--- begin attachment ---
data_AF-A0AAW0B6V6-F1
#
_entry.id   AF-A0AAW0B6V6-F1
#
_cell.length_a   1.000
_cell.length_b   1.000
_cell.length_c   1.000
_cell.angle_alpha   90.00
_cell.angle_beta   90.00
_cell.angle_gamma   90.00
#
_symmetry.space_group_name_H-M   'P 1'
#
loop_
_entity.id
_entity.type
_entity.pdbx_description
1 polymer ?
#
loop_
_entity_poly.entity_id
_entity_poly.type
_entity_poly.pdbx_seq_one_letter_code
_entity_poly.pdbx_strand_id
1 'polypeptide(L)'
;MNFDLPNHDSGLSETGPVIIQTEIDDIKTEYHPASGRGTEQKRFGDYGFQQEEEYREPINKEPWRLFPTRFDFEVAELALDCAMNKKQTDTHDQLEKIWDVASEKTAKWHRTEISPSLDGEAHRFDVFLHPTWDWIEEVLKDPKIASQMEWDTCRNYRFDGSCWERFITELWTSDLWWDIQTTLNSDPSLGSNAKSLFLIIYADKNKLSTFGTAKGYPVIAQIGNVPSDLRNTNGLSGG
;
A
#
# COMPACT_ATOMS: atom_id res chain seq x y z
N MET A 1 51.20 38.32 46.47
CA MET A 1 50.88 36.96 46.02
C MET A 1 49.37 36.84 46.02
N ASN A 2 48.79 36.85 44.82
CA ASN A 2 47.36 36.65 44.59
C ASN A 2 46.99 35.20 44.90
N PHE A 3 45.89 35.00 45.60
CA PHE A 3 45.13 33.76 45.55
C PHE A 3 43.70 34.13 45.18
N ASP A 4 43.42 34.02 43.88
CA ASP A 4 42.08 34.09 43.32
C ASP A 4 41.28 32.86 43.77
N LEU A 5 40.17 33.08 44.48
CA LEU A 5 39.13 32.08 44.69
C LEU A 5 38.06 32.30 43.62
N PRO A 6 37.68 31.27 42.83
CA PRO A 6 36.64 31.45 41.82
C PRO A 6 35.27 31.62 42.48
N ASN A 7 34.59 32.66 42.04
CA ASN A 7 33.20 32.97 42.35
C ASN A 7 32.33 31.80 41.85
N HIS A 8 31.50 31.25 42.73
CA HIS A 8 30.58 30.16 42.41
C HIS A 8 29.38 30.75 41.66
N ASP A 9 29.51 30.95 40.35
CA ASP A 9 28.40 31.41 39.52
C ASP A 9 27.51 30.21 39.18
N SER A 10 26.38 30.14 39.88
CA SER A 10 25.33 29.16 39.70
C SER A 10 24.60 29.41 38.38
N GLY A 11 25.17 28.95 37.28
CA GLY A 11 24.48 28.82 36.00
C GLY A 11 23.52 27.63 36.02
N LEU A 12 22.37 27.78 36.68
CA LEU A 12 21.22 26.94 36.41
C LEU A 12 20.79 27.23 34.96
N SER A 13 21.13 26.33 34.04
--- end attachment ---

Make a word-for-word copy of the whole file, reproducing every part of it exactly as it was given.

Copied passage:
data_AF-A0AAW0B6V6-F1
#
_entry.id   AF-A0AAW0B6V6-F1
#
_cell.length_a   1.000
_cell.length_b   1.000
_cell.length_c   1.000
_cell.angle_alpha   90.00
_cell.angle_beta   90.00
_cell.angle_gamma   90.00
#
_symmetry.space_group_name_H-M   'P 1'
#
loop_
_entity.id
_entity.type
_entity.pdbx_description
1 polymer ?
#
loop_
_entity_poly.entity_id
_entity_poly.type
_entity_poly.pdbx_seq_one_letter_code
_entity_poly.pdbx_strand_id
1 'polypeptide(L)'
;MNFDLPNHDSGLSETGPVIIQTEIDDIKTEYHPASGRGTEQKRFGDYGFQQEEEYREPINKEPWRLFPTRFDFEVAELALDCAMNKKQTDTHDQLEKIWDVASEKTAKWHRTEISPSLDGEAHRFDVFLHPTWDWIEEVLKDPKIASQMEWDTCRNYRFDGSCWERFITELWTSDLWWDIQTTLNSDPSLGSNAKSLFLIIYADKNKLSTFGTAKGYPVIAQIGNVPSDLRNTNGLSGG
;
A
#
# COMPACT_ATOMS: atom_id res chain seq x y z
N MET A 1 51.20 38.32 46.47
CA MET A 1 50.88 36.96 46.02
C MET A 1 49.37 36.84 46.02
N ASN A 2 48.79 36.85 44.82
CA ASN A 2 47.36 36.65 44.59
C ASN A 2 46.99 35.20 44.90
N PHE A 3 45.89 35.00 45.60
CA PHE A 3 45.13 33.76 45.55
C PHE A 3 43.70 34.13 45.18
N ASP A 4 43.42 34.02 43.88
CA ASP A 4 42.08 34.09 43.32
C ASP A 4 41.28 32.86 43.77
N LEU A 5 40.17 33.08 44.48
CA LEU A 5 39.13 32.08 44.69
C LEU A 5 38.06 32.30 43.62
N PRO A 6 37.68 31.27 42.83
CA PRO A 6 36.64 31.45 41.82
C PRO A 6 35.27 31.62 42.48
N ASN A 7 34.59 32.66 42.04
CA ASN A 7 33.20 32.97 42.35
C ASN A 7 32.33 31.80 41.85
N HIS A 8 31.50 31.25 42.73
CA HIS A 8 30.58 30.16 42.41
C HIS A 8 29.38 30.75 41.66
N ASP A 9 29.51 30.95 40.35
CA ASP A 9 28.40 31.41 39.52
C ASP A 9 27.51 30.21 39.18
N SER A 10 26.38 30.14 39.88
CA SER A 10 25.33 29.16 39.70
C SER A 10 24.60 29.41 38.38
N GLY A 11 25.17 28.95 37.28
CA GLY A 11 24.48 28.82 36.00
C GLY A 11 23.52 27.63 36.02
N LEU A 12 22.37 27.78 36.68
CA LEU A 12 21.22 26.94 36.41
C LEU A 12 20.79 27.23 34.96
N SER A 13 21.13 26.33 34.04